$ut->leave(); that will not be accepted and the execution will break with an error stating that no role ~parent is known under the unit unit. Before reading a file, the interpreter sets its cursor back to unit. This way reading a particular file has always the same effects regardless of where the file is read from. As a consequence each file must consist of whole lines or whole line blocks, not a part of them. Brackets must be balanced in each single read file. This does not apply to each single read string. #### Node Times If you create text with readfile($filename) the creation and update time for the created nodes is automatically set to the creation and update time of the source file as returned by the operating system. If you create text with read($string) both are set to the parsing time. When generating text from a file source one can use setfiletime to get the node times to be set according to the source file. For example: open(IN,$source) or die;
$ut->setfiletime($source);
while(<IN>) {
[... process the current line
and generate utext accordingly
through $ut ...] } close(IN); Now all units that are appended in the while-block get the same time stamps (both the creation and the last modification time) as the source file, as returned by the operating system. If the instruction setfiletime were omitted, they would get as creation and update time this script's execution time. If the generation occurs as text transformation that appends new nodes based upon some existing ones, one can use setnodetime instead. This way the generated nodes get the same time stamps as the original ones. ### Reading Files On Demand #### ~loadfile Every text unit can have a child with the role ”~loadfile“. This determines the name of the file to be read in order to get the unit's contents. For example: ~website =geneaweb { ~loadfile /home/john/geneaweb/utl/family.utl } There can be more than one ~loadfile children, all of them are read when necessary. When the interpreter parses this, it does not read the file family.utl immediately. At first the unit geneaweb gets just the one child loadfile. And if the script you are running does not enter into this unit, this file won't be read. But the first time a script wants to access this unit, the file family.utl gets read. The interpreter notes when a unit with deferred loading is going to be accessed for the first time and triggers the file load. This happens for example the first time a Perl script jumps into this unit and then performs an enter(), or if it opens a cursor that penetrates into it. This happens also if another unit refers to a descendant of it, for example referring to "geneaweb.Smith". #### ~loaddir With a role ~loaddir you can specify what directories are to be looked up when loading files on demand. Example: ~website =geneaweb { ~loaddir /home/john/geneaweb/utl ~loadfile family.utl ~loadfile Smith.utl ~loadfile Clark.utl } When loading the files on demand, they are searched in the directory /home/john/geneaweb/utl. There can be more than one ~loaddir directories, then all of them are searched until the first file with matching name is found. #### Root UTL File The Universaltext Interpreter has a root UTL file that gets read once at startup. This file can contain a list of jump points to files defining main units. For example: =Websites ~loadfile /home/john/www/utl/index.utl =Job ~loadfile /home/john/job/index.utl ~loadfile /home/mary/job/index.utl =Kids ~loadfile /home/wendy/index.utl ~loadfile /home/paul/index.utl This way at any Perl script you do not need to give particular file names. If a UText script begins with: select =Websites.=geneaweb.webpage [...] or a Perl script begins with: use UText::UText;$ut = new UText;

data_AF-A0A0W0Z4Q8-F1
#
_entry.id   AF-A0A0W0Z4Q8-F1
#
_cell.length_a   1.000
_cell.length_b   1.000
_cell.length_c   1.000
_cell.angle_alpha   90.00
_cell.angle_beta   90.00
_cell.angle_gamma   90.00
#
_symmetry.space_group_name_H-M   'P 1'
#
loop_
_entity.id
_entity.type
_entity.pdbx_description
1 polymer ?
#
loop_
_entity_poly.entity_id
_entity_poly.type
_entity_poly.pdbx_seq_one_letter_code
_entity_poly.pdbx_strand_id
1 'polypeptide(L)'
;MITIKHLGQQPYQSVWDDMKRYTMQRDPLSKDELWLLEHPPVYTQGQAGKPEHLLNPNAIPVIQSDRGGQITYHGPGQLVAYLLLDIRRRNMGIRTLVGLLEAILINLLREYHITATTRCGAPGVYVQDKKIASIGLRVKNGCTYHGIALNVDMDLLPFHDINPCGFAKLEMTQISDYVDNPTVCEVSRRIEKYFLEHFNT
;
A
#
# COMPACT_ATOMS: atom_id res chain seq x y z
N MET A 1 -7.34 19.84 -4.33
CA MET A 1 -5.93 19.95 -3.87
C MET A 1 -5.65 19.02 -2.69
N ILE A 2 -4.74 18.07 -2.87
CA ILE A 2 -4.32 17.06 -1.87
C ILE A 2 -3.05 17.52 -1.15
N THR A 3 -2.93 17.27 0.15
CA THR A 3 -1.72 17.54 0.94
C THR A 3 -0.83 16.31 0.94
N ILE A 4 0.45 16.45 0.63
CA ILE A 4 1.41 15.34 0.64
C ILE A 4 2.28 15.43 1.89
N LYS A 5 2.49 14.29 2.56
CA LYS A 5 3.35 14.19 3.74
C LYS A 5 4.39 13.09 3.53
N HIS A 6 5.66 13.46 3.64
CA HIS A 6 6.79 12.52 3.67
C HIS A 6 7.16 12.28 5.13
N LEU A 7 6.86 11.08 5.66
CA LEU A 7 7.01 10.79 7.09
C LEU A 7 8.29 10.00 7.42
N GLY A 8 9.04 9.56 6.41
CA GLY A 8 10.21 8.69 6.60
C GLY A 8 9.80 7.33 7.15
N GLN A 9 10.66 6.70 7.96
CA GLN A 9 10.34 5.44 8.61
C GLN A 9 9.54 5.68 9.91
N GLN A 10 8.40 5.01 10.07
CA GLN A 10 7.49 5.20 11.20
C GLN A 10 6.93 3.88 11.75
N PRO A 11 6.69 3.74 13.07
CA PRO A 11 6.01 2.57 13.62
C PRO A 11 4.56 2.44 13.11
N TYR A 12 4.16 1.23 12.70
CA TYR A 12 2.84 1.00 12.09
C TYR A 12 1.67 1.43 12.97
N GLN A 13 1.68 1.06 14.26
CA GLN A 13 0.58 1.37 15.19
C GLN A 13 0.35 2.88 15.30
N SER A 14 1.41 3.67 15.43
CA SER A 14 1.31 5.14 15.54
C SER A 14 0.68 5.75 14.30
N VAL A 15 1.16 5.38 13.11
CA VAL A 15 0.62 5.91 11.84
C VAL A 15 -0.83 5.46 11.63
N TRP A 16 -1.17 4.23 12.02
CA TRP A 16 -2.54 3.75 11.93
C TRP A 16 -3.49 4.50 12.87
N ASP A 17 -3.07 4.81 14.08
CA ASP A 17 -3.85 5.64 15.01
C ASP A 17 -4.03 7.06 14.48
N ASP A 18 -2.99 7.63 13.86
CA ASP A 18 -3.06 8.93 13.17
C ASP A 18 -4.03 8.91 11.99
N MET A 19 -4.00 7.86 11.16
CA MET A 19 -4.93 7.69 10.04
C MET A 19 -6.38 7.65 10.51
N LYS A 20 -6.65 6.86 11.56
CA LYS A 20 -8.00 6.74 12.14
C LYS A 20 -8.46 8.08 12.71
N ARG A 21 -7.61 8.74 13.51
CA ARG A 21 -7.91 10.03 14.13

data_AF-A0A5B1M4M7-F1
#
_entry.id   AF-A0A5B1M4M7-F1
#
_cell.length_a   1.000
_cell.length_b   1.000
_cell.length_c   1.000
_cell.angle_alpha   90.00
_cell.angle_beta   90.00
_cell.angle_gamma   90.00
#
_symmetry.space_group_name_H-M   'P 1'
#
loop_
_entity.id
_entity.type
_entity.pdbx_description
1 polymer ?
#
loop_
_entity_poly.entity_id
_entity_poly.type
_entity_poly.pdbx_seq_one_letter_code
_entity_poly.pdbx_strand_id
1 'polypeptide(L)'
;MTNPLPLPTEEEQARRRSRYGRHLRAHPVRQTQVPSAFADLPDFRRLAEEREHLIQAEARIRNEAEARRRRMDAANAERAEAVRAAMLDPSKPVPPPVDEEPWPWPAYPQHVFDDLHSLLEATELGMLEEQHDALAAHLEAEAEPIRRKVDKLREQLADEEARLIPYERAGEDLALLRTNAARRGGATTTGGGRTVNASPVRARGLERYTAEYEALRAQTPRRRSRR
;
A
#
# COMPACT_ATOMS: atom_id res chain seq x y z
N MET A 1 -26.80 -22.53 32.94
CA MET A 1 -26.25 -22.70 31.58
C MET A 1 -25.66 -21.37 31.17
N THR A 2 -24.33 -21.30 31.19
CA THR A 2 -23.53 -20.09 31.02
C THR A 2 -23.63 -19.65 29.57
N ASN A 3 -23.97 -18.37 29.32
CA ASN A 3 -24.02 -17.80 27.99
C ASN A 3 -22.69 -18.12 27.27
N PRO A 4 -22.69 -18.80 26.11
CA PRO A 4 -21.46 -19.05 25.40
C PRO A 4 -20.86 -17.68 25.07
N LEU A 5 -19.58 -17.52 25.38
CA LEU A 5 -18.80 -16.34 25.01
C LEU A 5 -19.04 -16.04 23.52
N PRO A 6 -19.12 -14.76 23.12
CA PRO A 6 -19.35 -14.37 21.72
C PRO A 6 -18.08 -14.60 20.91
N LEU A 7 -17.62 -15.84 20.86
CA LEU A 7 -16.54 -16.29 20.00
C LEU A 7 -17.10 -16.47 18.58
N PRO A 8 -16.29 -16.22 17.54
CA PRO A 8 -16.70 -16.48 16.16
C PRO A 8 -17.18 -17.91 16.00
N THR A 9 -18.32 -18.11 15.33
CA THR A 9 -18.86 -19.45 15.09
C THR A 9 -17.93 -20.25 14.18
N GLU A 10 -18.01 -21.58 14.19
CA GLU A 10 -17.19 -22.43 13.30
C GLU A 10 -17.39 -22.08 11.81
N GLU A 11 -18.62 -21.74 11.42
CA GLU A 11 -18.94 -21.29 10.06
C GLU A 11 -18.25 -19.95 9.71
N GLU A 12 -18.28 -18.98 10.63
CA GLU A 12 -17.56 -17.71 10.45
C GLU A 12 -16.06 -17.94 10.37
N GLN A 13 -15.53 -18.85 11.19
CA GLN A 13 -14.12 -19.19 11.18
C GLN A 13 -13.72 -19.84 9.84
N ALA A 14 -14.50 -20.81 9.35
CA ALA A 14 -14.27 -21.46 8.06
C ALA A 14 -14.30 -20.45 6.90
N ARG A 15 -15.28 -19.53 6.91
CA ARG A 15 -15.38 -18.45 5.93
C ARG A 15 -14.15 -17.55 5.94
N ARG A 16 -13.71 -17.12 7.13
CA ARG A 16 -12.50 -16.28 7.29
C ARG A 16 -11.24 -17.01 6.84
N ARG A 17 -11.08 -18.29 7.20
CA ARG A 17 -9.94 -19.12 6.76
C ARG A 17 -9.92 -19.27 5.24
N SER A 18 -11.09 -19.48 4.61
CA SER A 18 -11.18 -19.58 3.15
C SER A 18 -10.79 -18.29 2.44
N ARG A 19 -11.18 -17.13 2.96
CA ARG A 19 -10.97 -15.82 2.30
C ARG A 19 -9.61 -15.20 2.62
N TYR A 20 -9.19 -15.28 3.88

$ut->foreach('=Websites.=geneaweb.webpage', [...] you get all pages of the website geneaweb. If you some day change the file locations, you just need to change the index files and not each script. Note that at each script only the files that are really needed are actually read. The root file can also be used to load the add-in modules that are generally needed. Example: [* script load odt ] Configuration: The name of the UTL root file is defined at the variable$UText::INDEXFILE. By default it is root.utl. A file with that name is read if found at startup at the same directory where the interpreter module UText.pm is located or at the current working directory. They are both read in that order, if both exist.

## Generator Scripts

A Perl script can also generate a text managing directly the UText class, bypassing the language module UTL. The following UText methods are available:

set — Creates a text unit or jumps to an existing one

def — Defines a new text unit

enter — Enters into the child unit level

leave — Leaves the current unit level and returns to parent level

parse — Invokes an alternate parser

transform — Invokes a text transformation on the current unit

These methods are described in the manual page UText.pm.

For example, both following scripts produce exactly the same text. (You can find the following code at the file generate.pl at the distribution files under the directory samples.)

use UText::UText;
$ut = new UText;$ut->read(<<'END');
^webpage {
^title : ustring
}
~webpage =index
~title Overview
END
$ut = undef; Calling the UText methods directly: use UText::UText;$ut = new UText;
$ut->def({def=>'webpage'});$ut->enter();
$ut->def({def=>'title', type=>'ustring'});$ut->leave();
$ut->set({role=>'webpage',unit=>'index'});$ut->set({role=>'title',bin=>'Overview'});
\$ut = undef;

A Perl script can combine UTL string and file reading with direct UText methods call at will.

Another possibility is to write a UText parser that can be bound to a text type so that when processing this type a special format or language can be embedded in UTL strings and files. See Alternate Parsers for more on this.